Government scrutiny is headed our way

> For those who don't bother filtering "because it's too hard or too
> complicated", if you don't want or can't afford to put the work into tight
> ingress filtering on all interfaces, it's really easy to just say "our IP
> blocks are A, B, and C. Allow input with source addresses in A, B, or C,
> deny everything else." That will at least protect the rest of the
> internet from your lusers.

Right. That's what we do on the dial plant today, because there isn't a
syntax available on our RAS hardware which says "allow anything with this
RADIUS assigned or dynamic address block (depending on the account) and deny
everything else". So we have to relax the filters to be "allow anything from
netblocks A, B, and C, block everything else" since the syntax we really
want isn't available.

I believe RADIUS has a facility for setting ifilt and ofilt based on the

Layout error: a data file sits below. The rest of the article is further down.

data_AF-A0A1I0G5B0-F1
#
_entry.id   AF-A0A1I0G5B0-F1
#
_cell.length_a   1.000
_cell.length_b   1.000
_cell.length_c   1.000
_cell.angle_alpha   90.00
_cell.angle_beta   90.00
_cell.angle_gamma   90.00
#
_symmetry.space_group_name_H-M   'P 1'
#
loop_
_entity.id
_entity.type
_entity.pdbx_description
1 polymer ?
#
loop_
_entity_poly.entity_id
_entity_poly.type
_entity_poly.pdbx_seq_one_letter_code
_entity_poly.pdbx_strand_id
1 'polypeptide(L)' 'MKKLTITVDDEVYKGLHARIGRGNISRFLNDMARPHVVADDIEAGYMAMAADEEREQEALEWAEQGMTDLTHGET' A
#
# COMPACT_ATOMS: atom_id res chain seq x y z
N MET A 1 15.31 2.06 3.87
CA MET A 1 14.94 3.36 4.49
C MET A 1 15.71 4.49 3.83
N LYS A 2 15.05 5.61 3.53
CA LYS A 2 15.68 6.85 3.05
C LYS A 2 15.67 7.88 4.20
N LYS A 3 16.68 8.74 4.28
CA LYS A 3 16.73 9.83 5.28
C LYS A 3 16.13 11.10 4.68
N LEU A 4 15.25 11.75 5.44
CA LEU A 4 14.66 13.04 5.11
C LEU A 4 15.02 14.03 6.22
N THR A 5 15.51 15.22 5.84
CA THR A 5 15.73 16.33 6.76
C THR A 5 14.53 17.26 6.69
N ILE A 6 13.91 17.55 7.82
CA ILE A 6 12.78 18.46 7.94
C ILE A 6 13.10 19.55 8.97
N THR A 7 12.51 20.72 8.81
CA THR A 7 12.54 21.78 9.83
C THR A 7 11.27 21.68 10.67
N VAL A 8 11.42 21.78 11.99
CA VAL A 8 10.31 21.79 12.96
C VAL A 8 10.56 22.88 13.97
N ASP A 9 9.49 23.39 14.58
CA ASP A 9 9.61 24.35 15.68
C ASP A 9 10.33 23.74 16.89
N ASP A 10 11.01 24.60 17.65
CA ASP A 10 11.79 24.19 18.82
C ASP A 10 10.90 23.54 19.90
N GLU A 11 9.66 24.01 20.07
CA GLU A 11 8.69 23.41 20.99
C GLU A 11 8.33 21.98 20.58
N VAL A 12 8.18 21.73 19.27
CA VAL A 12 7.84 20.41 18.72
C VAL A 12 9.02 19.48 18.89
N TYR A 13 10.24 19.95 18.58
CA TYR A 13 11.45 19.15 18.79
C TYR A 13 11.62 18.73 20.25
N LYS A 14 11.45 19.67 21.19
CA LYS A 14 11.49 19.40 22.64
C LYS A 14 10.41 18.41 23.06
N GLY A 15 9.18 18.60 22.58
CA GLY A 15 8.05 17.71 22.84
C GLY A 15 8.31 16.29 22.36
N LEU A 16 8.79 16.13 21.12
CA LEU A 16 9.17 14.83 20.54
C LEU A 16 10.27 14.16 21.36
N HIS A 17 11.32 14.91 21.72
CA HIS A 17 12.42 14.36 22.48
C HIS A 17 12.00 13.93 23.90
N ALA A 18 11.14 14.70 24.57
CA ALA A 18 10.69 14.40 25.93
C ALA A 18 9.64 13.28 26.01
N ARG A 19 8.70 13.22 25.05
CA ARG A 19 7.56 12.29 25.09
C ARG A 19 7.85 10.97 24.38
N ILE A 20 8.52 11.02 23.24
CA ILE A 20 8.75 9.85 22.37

particular user based on the Framed-Filter-ID. So, for dynamic users,
you could set a filter that allows the Dynamic IP range of that NAS for
single-host users. For network users, you could either use blocks like
are listed now, or you could set up a filter per user through the choicenet
features (Livingston). At the very least, with a rational allocation
policy, it should be possible to limit the filters to some subset of
Every IP we own.

We do that for all dial and ISDN inbound connections today, and have been
for a long time.

Some people don't. That's the problem.

Still, that's good enough. You can't launch a DOS attack against ANOTHER
provider from our plant this way. We also have directed broadcasts shut
off network-wide, so attempts to bounce pingstorms off our internal plant
(even to internal targets) don't work either.

That's the 95th percentile solution, and is a hell of a lot more than most
other ISPs do. Most don't do ANY filtering of any kind. I've tested this
against accounts on other providers, and most will happily forward packets
with ANY source address from dial customers.


I understand the CPU problems filtering ingress on a DS-3 to a customer,
for example, if the box has a bunch of other interfaces. But in that case
you should insist (contractually) that the *CUSTOMER* router have the
filters on ITS interface which talks to you, and TEST it from time to time.

Actually, with Cisco's running the newer Fast Drop code, filtering on a DS-3
is not that big a deal. Especially when you consider that this can be done
with a simple access-list.